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Re: Wing Feather Arrangement in Archaeopteryx and Anchiornis



> Nicholas R. Longrich, Jakob Vinther, Qingjin Meng, Quangguo Li &
> Anthony P. Russell (2012)
> Primitive Wing Feather Arrangement in Archaeopteryx lithographica and
> Anchiornis huxleyi.
> Current Biology (advance online publication)
> doi: http://dx.doi.org/10.1016/j.cub.2012.09.052
> http://www.sciencedirect.com/science/article/pii/S0960982212011943


Interesting stuff.


One thing that is not explicitly mentioned by Longrich et al. is that
_Archaeopteryx_ and _Anchiornis_ (and _Microraptor_ and _Pedopenna_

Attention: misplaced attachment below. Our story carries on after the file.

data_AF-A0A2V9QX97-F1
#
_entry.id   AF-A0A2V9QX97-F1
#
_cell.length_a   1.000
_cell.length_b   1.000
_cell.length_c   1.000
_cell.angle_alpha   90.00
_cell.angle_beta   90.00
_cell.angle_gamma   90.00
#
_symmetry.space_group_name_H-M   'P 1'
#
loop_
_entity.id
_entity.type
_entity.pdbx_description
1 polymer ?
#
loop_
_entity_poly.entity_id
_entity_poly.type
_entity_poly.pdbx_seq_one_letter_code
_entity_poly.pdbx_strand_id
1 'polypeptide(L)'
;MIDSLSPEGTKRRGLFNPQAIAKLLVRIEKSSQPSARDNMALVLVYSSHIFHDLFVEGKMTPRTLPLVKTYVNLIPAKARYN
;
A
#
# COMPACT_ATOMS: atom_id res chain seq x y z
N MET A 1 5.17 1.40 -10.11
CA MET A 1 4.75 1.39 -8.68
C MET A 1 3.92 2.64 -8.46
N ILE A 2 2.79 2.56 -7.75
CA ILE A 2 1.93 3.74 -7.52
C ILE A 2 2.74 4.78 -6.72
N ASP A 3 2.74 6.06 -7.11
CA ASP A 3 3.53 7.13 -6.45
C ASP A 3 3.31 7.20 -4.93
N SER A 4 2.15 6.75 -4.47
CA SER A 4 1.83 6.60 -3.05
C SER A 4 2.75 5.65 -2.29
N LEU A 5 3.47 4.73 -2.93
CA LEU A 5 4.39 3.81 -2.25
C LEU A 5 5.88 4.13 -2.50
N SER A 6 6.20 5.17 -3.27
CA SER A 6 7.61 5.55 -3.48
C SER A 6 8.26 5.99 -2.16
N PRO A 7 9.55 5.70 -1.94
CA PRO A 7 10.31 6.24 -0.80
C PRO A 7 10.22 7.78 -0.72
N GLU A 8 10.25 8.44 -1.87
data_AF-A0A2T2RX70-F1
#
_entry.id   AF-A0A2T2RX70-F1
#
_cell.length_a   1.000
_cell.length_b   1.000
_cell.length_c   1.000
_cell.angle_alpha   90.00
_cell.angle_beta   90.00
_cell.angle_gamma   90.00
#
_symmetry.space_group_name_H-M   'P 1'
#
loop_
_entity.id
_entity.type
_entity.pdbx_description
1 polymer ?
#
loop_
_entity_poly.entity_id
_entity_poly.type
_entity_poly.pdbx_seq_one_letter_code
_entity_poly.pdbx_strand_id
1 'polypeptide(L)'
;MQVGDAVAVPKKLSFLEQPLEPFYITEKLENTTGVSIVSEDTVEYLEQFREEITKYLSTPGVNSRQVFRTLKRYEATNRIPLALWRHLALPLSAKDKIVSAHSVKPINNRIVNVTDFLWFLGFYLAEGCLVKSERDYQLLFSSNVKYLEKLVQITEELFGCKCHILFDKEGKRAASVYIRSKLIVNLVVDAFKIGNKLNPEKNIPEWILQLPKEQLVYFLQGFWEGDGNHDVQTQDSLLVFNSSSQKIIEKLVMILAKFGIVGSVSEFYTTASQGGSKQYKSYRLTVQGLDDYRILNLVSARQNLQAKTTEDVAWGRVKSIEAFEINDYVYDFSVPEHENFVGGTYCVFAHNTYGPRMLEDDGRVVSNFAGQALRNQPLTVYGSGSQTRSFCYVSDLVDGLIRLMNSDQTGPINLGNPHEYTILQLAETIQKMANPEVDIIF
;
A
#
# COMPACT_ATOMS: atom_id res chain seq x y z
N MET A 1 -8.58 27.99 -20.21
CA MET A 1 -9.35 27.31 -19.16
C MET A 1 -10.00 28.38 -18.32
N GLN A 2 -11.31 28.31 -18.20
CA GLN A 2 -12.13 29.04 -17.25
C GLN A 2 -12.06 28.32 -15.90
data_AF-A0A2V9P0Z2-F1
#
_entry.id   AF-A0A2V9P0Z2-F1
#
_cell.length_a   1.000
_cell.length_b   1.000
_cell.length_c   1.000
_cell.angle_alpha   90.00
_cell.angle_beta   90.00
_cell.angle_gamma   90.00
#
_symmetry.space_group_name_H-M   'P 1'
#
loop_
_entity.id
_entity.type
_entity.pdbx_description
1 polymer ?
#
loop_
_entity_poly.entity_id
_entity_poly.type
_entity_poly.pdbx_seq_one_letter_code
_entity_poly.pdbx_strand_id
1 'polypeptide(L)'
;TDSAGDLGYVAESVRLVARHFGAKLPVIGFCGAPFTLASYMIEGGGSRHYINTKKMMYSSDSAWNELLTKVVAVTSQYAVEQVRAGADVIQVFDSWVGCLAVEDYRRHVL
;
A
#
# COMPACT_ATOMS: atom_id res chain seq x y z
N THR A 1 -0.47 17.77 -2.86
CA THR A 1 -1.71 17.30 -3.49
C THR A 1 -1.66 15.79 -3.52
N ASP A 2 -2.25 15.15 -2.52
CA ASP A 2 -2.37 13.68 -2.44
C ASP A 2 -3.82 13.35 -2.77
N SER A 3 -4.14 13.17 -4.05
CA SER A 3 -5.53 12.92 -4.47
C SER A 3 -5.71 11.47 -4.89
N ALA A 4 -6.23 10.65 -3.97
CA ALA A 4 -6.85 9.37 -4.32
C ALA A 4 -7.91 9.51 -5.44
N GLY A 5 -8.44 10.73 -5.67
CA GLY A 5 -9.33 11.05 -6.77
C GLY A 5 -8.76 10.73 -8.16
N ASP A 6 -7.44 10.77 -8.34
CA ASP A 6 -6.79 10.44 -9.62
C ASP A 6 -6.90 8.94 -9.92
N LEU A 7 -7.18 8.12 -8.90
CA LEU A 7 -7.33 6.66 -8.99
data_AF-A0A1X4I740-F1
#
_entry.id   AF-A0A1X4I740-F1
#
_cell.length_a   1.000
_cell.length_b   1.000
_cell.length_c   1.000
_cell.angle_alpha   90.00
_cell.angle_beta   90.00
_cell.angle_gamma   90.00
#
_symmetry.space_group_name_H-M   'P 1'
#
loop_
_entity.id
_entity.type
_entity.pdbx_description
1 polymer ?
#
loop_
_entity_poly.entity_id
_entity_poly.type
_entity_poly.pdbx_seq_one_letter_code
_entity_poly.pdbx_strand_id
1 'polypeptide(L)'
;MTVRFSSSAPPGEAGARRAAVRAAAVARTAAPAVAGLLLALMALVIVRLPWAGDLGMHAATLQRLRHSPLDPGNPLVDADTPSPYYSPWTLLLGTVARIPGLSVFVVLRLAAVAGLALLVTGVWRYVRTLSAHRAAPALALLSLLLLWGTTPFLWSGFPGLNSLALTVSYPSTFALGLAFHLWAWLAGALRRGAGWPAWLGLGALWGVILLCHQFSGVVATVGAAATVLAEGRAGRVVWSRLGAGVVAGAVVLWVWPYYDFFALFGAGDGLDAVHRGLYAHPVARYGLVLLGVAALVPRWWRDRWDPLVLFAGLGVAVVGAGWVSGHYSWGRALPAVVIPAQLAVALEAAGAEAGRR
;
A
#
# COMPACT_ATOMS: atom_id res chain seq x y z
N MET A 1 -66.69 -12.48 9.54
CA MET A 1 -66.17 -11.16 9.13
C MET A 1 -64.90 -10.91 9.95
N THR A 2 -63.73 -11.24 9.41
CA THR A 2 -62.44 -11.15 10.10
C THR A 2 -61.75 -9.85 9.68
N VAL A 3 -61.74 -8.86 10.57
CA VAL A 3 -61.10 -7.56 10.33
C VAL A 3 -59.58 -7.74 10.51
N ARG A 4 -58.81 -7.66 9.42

too) also have elongate hindlimb feathers.  These "hindwings" (=
"butt-fans") of _Archaeopteryx_ and _Pedopenna_ even preserve coverts.
 So I wonder if the "multi-tiered"nature of the wings has something to
do with the presence of these "hindwings"?


Also, Figure 4. highlights just how large the space was between the
wing and the body, with apparently no tertials to fill the gap.  This
is another major difference between the wings of _Archaeopteryx_ and
non-avialans compared to the modern/neornithean wing.


Longrich et al. can be added to the list of publications that are
pointedly unenthusiastic about WAIR being a primordial flight
behavior.  They seem to favor a "trees-down" origin of avian flight.
However, this has to be reconciled with the conspicuous absence of
arboreal adaptations in any non-avialan theropod, including the
"winged" ones mentioned above.






Cheers

Tim